TheCapeRobyn: What is the time line – from “start” to “finish”?
Louise Coetzer: The experience is 20 minutes long. Viewers can enter the site a bit before the start time to test sound and read more about the project.
TheCapeRobyn: Where and when will the physical spaces/sites be in Cape Town?
Louise Coetzer: We have two special closing performances on October 16 at 6pm and October 17 at 11am, at Side Street Studios 48 Albert RD, Woodstock. Free entry. The ‘secret’ public spaces that may be accessed by the public, are as follows: E-mail us email@example.com or DM on Instagram to find out each day what the ‘secret location’ will be. Full schedule follows:
FULL SCHEDULE OF SHOWS (Online and public)
MONDAY 12 OCTOBER – 4PM & 6PM (only online)
TUESDAY 13 OCTOBER – 3PM & 4PM (online and live audience accessible)
WEDNESDAY 14 OCTOBER – 12:30PM & 2PM (online & live audience accessible)
THURSDAY 15 OCTOBER – 1PM & 2PM
FRIDAY 16 OCTOBER – 6PM (online & live audience accessible)
SATURDAY 17 OCTOBER – 11AM (online & live audience spaces) (
TheCapeRobyn: Can you talk about the journey/genesis of this piece?
Louise Coetzer: Originally, I was commissioned by NATi to create a new performance work for the Vrystaat Kunstefees, planned to take place in Bloemfontein in July 2020. Of course, all performance festivals had to adapt their plans due to the pandemic. The Vrystaat Kunstefees hosted extensive discussion panels and research to figure out new ways forward, with many of the confirmed festival artists involved in those discussions. Once the festival confirmed that they would go ahead in digital format, they also launched new projects to support/encourage experimentation with the new digital forms. One of these projects was the Pan African Telematic Art Project (PATAP). I submitted this project concept and was one of two projects selected – to focus on how ‘telematic art’ as form can be furthered during this time. More on telematic art, to follow. Through PATAP, the project was then linked to the Pan African Creative Exchange (PACE) – that took place end of August – and was presented as work in progress. Through the PACE creative partnership with Ars Electronica, the project ( also as work in progress) formed part of their South African showcase of projects.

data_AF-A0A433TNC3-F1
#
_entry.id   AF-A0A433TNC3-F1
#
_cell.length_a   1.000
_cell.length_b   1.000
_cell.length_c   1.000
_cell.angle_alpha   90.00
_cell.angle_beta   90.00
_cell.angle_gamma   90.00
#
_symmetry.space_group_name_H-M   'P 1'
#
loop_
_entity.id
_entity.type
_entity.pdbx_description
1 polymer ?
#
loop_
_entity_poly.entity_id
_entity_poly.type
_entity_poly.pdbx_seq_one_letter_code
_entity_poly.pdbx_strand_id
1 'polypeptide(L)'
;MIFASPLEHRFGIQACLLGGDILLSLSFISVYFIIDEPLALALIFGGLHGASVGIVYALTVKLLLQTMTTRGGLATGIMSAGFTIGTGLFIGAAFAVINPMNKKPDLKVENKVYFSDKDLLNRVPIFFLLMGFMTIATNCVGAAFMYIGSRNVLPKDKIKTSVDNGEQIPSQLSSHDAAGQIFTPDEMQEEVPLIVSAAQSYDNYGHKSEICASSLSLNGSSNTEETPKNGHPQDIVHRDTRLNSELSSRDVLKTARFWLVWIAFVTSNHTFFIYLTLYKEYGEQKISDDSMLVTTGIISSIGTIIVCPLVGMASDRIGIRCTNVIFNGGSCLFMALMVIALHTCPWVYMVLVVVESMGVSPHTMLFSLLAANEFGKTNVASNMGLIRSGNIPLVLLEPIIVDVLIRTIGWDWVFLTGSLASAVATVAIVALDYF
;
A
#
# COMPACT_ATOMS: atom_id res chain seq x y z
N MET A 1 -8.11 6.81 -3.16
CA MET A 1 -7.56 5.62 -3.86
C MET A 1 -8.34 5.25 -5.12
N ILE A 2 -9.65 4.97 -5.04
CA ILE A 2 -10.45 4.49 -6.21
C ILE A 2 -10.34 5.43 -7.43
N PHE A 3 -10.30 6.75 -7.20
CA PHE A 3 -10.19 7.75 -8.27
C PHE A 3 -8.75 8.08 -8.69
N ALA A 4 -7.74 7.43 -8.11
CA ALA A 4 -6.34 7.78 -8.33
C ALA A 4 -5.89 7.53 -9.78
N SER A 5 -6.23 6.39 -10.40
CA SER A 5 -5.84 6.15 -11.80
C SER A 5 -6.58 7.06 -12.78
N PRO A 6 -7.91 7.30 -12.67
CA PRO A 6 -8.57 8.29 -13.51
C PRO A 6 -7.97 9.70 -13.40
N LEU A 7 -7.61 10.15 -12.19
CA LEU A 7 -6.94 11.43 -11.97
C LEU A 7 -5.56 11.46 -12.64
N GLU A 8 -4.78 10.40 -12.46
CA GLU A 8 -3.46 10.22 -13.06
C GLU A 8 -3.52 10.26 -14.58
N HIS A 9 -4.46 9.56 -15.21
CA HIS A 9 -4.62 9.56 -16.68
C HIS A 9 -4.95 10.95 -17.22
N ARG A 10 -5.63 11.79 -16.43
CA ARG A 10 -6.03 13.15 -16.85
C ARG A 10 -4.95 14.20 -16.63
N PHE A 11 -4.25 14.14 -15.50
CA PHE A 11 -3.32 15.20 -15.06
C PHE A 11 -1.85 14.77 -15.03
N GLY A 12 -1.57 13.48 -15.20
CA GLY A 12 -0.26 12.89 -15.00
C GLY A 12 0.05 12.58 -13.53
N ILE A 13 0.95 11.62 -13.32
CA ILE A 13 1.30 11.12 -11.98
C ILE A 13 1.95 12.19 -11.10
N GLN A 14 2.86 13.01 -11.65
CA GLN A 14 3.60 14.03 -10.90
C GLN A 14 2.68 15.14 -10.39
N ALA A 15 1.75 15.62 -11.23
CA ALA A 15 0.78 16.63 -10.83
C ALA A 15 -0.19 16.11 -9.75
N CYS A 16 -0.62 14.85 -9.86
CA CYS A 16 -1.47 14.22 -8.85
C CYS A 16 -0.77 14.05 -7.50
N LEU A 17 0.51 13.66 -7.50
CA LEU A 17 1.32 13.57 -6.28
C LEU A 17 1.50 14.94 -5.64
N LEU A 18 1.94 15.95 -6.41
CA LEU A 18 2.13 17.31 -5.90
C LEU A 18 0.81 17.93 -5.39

Aside from that, it forms part of Darkroom Contemporary’s Ten Year Anniversary season of projects in 2020, funded by the National Lotteries Commission.
So it was definitely not the project I would have originally created for the festival. This was conceptualised during lockdown and in response to the limitations. But with an interest in how those limitations could be seen as a positive – a push to develop a new form of work – rather than a negative. I have worked extensively with technology and new media over the past few years, but I wanted to use this opportunity to really push the experimental side of merging tech with dance.
TheCapeRobyn: For this season – October 2020 – deus::ex::machina is on the programme at Vrystaat Kunstefees Snelstroom– in telematic format. Due to Covid, anyone can view online – whereas normally one would have to go the festival?
Louise Coetzer: Exactly – the online experience can be accessed from anywhere in the world and is part of the Vrystaat Kunstefees Snelstroom. Digital definitely affects the accessibility of festivals. We recently had a project as part of vNAF [Virtual National Arts Festival] and the viewer stats were so much higher than it would’ve been if it was a physical show at the festival. Similarly we had a project as part of the digital Ubumuntu Festival in Rwanda and the project reached a much wider audience than a physical performance would’ve.